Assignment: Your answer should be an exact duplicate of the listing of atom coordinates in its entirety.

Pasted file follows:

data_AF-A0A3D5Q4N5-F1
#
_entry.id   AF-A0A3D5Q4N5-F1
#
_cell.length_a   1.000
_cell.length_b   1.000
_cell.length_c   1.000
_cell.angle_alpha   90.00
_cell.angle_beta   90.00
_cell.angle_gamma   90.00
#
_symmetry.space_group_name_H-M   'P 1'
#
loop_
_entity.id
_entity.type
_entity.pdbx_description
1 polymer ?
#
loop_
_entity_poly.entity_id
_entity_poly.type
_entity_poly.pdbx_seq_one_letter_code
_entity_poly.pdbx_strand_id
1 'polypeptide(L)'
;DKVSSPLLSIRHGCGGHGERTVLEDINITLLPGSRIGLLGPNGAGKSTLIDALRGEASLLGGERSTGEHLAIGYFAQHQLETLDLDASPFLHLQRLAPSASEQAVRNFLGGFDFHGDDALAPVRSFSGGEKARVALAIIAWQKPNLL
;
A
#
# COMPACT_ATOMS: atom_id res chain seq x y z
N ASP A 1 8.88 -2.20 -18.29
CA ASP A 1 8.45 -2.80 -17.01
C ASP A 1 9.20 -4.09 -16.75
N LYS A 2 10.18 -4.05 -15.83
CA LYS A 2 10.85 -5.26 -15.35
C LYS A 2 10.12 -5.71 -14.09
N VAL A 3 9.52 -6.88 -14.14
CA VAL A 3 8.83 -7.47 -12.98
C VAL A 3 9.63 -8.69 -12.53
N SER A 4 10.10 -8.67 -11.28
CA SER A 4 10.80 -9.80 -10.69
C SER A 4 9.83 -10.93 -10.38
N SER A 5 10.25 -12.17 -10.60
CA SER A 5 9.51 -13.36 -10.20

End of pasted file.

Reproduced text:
data_AF-A0A3D5Q4N5-F1
#
_entry.id   AF-A0A3D5Q4N5-F1
#
_cell.length_a   1.000
_cell.length_b   1.000
_cell.length_c   1.000
_cell.angle_alpha   90.00
_cell.angle_beta   90.00
_cell.angle_gamma   90.00
#
_symmetry.space_group_name_H-M   'P 1'
#
loop_
_entity.id
_entity.type
_entity.pdbx_description
1 polymer ?
#
loop_
_entity_poly.entity_id
_entity_poly.type
_entity_poly.pdbx_seq_one_letter_code
_entity_poly.pdbx_strand_id
1 'polypeptide(L)'
;DKVSSPLLSIRHGCGGHGERTVLEDINITLLPGSRIGLLGPNGAGKSTLIDALRGEASLLGGERSTGEHLAIGYFAQHQLETLDLDASPFLHLQRLAPSASEQAVRNFLGGFDFHGDDALAPVRSFSGGEKARVALAIIAWQKPNLL
;
A
#
# COMPACT_ATOMS: atom_id res chain seq x y z
N ASP A 1 8.88 -2.20 -18.29
CA ASP A 1 8.45 -2.80 -17.01
C ASP A 1 9.20 -4.09 -16.75
N LYS A 2 10.18 -4.05 -15.83
CA LYS A 2 10.85 -5.26 -15.35
C LYS A 2 10.12 -5.71 -14.09
N VAL A 3 9.52 -6.88 -14.14
CA VAL A 3 8.83 -7.47 -12.98
C VAL A 3 9.63 -8.69 -12.53
N SER A 4 10.10 -8.67 -11.28
CA SER A 4 10.80 -9.80 -10.69
C SER A 4 9.83 -10.93 -10.38
N SER A 5 10.25 -12.17 -10.60
CA SER A 5 9.51 -13.36 -10.20